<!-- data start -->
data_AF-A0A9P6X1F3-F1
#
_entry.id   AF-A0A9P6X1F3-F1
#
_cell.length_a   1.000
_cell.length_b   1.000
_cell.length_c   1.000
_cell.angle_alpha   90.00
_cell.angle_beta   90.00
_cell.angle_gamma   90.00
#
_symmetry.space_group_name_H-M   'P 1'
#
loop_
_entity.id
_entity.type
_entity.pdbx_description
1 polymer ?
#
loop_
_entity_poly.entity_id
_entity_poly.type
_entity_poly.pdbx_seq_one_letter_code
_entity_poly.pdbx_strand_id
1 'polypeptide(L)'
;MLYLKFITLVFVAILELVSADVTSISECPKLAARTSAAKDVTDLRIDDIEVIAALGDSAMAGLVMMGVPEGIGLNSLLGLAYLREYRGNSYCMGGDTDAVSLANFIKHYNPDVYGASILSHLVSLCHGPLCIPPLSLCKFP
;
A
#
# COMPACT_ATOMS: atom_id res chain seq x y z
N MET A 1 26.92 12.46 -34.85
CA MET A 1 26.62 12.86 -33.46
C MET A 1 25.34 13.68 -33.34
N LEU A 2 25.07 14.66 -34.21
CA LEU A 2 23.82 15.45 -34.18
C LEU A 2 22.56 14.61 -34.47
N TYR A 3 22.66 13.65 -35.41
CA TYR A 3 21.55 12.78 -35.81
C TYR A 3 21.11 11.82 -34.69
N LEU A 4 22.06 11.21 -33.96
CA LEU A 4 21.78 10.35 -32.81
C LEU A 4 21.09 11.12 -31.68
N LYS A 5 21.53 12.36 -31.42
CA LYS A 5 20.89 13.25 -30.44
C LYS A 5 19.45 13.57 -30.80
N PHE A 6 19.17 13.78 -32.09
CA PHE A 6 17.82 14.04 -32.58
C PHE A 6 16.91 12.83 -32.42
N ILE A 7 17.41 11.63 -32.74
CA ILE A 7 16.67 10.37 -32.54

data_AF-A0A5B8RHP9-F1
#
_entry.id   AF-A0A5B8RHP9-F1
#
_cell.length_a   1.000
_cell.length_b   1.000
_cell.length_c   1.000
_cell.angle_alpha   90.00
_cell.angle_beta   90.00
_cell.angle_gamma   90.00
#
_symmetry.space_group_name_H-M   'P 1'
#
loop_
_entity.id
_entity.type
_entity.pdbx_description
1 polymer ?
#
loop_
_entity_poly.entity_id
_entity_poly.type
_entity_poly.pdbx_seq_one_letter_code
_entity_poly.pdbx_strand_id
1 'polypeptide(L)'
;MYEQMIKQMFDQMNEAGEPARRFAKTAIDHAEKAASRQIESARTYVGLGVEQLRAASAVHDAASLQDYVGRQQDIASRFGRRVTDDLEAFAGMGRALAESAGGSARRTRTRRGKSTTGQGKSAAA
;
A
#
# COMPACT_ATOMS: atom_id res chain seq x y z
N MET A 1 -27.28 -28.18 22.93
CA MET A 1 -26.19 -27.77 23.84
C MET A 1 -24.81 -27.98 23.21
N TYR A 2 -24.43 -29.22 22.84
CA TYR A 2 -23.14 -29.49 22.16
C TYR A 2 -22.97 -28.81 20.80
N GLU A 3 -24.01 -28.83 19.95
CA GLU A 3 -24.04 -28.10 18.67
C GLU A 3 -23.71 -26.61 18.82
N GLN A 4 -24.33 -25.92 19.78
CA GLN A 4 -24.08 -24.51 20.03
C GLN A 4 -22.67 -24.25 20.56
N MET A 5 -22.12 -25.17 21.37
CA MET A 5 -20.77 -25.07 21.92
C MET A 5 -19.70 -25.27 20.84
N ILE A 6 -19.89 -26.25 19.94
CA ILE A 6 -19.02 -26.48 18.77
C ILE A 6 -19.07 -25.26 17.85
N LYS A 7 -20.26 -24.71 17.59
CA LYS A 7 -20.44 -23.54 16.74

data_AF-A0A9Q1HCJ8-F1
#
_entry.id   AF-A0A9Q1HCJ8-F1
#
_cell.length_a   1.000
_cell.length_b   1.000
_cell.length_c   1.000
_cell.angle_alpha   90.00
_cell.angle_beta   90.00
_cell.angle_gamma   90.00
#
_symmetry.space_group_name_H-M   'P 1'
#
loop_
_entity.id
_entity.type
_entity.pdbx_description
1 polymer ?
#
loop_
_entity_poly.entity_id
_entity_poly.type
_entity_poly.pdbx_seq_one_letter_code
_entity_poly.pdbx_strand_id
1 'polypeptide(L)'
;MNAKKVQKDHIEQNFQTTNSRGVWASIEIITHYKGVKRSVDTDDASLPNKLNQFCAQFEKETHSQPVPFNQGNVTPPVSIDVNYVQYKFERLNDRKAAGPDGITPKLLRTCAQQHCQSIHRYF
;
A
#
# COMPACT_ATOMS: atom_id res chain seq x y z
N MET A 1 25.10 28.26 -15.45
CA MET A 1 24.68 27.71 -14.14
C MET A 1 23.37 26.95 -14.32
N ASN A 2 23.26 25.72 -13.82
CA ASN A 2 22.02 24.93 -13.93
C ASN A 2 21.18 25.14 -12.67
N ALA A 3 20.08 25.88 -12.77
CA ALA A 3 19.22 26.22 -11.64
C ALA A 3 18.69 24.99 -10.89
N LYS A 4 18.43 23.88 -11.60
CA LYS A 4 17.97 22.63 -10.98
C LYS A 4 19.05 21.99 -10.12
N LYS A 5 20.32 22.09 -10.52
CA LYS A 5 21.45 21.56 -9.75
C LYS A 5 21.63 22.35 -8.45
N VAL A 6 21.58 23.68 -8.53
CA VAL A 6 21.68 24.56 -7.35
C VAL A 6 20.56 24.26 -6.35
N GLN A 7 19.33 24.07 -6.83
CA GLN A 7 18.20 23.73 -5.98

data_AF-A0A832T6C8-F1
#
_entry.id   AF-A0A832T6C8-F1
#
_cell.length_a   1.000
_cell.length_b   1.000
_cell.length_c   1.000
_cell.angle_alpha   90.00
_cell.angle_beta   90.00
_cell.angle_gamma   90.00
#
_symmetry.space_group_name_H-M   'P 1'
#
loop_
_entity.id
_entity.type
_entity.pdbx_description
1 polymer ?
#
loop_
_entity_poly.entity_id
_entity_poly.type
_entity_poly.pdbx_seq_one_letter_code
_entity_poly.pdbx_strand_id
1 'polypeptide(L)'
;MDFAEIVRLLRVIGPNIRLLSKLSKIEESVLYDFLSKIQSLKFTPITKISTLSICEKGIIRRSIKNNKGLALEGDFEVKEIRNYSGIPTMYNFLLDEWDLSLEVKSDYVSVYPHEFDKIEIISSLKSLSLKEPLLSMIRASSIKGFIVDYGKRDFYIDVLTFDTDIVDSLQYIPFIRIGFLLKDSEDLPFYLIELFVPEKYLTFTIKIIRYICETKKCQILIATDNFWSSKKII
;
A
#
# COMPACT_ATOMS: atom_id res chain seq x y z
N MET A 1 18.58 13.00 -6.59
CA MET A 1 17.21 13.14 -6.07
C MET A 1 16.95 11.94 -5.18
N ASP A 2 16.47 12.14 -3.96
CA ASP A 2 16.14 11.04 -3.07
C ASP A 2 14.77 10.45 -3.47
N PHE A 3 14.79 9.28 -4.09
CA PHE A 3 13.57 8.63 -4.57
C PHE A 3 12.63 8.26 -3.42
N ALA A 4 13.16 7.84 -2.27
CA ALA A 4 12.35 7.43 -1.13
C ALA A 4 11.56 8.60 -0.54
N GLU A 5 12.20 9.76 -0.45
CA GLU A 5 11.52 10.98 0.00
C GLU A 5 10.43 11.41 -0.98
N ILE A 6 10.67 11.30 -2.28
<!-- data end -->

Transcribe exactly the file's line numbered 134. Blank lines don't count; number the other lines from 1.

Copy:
N ASN A 2 23.26 25.72 -13.82